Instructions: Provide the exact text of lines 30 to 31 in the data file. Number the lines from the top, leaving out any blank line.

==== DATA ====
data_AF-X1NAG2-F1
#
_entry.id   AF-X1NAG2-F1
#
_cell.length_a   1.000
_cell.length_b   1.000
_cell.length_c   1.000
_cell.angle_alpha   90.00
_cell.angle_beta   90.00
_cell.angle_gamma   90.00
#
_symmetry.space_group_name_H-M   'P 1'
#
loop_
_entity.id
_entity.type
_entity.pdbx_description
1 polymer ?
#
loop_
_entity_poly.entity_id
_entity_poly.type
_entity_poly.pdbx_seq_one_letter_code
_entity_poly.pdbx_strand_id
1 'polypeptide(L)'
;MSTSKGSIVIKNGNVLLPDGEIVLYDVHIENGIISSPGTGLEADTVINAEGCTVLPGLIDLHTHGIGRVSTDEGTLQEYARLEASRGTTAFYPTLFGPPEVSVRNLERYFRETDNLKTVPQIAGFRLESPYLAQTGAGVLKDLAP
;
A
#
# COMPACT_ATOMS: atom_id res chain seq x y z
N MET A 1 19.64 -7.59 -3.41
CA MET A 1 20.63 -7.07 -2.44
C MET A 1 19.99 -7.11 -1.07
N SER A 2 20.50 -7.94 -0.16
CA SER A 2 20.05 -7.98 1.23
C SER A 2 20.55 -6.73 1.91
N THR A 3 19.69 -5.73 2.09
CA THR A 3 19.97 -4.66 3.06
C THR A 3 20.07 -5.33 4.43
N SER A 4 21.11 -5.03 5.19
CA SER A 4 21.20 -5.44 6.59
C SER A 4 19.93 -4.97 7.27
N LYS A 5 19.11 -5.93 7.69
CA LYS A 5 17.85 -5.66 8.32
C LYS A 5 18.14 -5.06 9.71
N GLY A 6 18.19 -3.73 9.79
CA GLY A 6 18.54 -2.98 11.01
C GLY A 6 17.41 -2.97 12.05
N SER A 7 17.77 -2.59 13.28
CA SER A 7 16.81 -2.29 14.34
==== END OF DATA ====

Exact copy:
# COMPACT_ATOMS: atom_id res chain seq x y z
N MET A 1 19.64 -7.59 -3.41